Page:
Mindfulness is a moment-to-moment awareness of one’s experience — it is a state and not a trait. While it might be promoted by certain practices or activities, such as meditation, it is not equivalent to or synonymous with them. It is the awareness that occurs when you focus on the present and on the purpose of what you are doing — right here, right now.
Now that we’ve covered what it means, what does it actually help with? According to one study, mindfulness increases creativity. “Mindfulness improves people’s functioning in many areas,” the study notes, “but its relationship with creativity is equivocal.” It promotes metacognitive awareness, decreases rumination and enhances attentional capacities through gains in working memory.
One of the ways in which this can be achieved is through mindfulness education — lessons on techniques to calm the mind and body. It can reduce the negative effects of stress and increase engagement, helping them stay on track academically and avoid behavioural problems.
It reduces anxiety and gives pupils a new way to handle their feelings too, as found by researchers with the Boston Charter Research Collaborative — a partnership between the Centre for Education Policy Research at Harvard University (CEPR), MIT, and Transforming Education.
Georgetown University also tested stress management by inviting participants to undergo a stress test. Here, students were encouraged to take an eight-week mindfulness meditation course then go through a second, similar stress test. Afterward, the participants showed reduced stress hormones and reported feeling less stress during the second test.
“Anxiety disorders affect an estimated 15 million Americans each year,” says Dr. Elizabeth A. Hoge, an associate professor in Georgetown University Medical Centre’s psychiatry department who led the study. “Our study suggests that mindfulness meditation may be a helpful treatment strategy for people with anxiety.”
With an aim to dodge standard psychiatric drug therapies, Hoge hopes to expand the study of mindfulness-related treatments and programmes to other psychiatric conditions. Two examples of programmes for youth developed by clinical psychologists are Mindfulness-Based Cognitive Therapy for Children and Learning to Breathe.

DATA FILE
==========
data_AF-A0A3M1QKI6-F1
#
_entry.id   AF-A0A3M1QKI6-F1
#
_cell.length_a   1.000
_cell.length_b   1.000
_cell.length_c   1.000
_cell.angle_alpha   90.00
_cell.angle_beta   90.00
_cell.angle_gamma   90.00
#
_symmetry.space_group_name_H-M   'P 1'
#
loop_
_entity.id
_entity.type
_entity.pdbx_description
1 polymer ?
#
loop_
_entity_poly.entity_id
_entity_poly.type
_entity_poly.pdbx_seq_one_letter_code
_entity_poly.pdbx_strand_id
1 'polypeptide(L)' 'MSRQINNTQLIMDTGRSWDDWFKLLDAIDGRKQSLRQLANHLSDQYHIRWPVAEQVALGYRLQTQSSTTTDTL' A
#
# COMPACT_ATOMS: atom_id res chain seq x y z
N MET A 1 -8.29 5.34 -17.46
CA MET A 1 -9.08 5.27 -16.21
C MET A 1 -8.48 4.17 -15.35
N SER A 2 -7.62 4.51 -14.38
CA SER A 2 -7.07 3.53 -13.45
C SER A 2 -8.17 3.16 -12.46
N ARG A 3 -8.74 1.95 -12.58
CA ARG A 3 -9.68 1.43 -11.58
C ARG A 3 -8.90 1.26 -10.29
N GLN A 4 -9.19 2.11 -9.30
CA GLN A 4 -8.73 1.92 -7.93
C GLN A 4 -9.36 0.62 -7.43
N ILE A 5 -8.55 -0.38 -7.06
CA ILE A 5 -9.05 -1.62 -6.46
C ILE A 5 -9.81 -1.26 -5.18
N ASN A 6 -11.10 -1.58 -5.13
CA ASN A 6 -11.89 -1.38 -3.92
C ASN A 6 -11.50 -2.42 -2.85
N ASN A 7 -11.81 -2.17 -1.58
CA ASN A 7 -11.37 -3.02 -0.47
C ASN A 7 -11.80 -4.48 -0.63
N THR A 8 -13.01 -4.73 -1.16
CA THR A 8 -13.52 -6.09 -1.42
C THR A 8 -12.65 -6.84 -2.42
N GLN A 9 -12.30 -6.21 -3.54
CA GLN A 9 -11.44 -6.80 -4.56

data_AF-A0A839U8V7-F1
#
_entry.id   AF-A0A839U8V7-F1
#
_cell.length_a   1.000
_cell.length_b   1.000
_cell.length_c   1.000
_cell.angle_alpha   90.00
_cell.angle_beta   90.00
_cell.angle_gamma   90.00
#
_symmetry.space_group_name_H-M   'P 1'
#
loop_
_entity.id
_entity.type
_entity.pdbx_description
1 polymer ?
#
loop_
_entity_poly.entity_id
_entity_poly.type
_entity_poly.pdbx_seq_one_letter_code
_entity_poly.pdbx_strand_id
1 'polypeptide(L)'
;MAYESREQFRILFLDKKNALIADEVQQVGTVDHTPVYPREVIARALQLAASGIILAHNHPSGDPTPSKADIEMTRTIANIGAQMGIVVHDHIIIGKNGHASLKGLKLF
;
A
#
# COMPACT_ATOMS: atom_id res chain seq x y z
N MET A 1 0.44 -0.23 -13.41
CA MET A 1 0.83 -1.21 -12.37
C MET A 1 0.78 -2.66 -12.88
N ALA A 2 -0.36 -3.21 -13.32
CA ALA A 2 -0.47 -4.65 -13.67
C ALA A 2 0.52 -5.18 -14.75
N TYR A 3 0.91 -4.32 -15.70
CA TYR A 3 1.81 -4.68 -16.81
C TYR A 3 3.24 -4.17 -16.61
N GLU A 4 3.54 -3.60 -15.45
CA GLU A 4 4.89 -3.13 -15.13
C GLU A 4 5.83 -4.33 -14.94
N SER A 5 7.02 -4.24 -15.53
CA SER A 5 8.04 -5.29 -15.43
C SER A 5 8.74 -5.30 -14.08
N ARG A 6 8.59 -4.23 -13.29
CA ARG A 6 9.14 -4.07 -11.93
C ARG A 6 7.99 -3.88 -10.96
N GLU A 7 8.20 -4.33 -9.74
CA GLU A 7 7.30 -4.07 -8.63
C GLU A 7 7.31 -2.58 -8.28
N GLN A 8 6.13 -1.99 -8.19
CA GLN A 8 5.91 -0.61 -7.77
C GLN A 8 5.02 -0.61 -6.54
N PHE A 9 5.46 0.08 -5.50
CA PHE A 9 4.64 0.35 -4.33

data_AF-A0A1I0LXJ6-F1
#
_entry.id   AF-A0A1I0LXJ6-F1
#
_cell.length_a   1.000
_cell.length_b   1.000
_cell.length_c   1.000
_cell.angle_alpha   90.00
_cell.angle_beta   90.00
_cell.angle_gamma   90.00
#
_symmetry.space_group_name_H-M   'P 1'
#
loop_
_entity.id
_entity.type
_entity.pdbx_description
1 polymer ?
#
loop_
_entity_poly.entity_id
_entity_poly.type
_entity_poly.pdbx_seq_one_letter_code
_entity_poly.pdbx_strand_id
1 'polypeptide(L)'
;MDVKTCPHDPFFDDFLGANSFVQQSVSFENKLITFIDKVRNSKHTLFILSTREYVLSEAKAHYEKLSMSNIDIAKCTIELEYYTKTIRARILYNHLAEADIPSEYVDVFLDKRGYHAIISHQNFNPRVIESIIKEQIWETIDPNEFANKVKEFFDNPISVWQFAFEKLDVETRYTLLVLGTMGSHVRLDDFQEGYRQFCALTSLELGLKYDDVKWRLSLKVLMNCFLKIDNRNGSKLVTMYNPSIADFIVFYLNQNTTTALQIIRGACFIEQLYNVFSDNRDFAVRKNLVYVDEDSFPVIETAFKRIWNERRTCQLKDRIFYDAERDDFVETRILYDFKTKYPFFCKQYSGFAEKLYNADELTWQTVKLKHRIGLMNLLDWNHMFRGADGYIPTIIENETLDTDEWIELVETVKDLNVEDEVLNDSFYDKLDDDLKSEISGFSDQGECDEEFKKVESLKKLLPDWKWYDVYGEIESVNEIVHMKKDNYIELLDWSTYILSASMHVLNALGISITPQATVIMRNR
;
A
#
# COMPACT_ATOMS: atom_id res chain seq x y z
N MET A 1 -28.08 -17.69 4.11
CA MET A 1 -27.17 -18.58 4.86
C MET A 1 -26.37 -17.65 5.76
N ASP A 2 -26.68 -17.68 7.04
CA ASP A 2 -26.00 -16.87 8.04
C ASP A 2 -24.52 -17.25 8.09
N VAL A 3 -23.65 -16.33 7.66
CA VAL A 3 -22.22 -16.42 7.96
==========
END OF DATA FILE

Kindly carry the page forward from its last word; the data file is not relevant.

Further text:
According to the New York Times, mindfulness apps surged in 2020. These apps promise to help you combat anxiety, sleep better, hone your focus, and more. Some of the easy-to-use mindfulness apps that are available for free include Calm, Headspace, MyLife, Smiling Mind, Dreamykid.
Another way mindfulness can be practised is through meditation. Almost every religion has developed processes to help people to calm their minds and to tune out distractions from the outside world through meditation. Meditation is less about faith and more about altering consciousness, finding awareness, and achieving peace. Some of its kind include mindfulness meditation, spiritual meditation, focused meditation, movement meditation and mantra meditation.
It helps reduce stress both by calming people in the moment and helping to break the cycle of repetitive thoughts that often causes anxiety. Meditation is simple, yet powerful. It helps train your attention to be able to rest in the present moment. Practising mindfulness has benefits to both your psychological health and physical health. This includes decreased anxiety; decreased depression; increased coping skills; decreased irritability and moodiness; and improved learning ability and memory — to name a few.
Students who want to jumpstart into the world of meditation can start start with these books: “Tiny Buddha: Simple Wisdom for Life’s Hard Questions” by Lori Deschene; “365 Tao: Daily Meditations” by Ming-Dao Deng; “Simple Abundance: A Daybook of Comfort and Joy” by Sarah Ban Breathnach; “The Book of Life: Daily MeditationsKrishnamurti” by Jiddu Krishnamurti; and “Moments of Mindfulness: Daily Inspiration” by Thich Nhat Hanh. Alternatively, there are abundance of videos on YouTube right from beginner to advanced levels.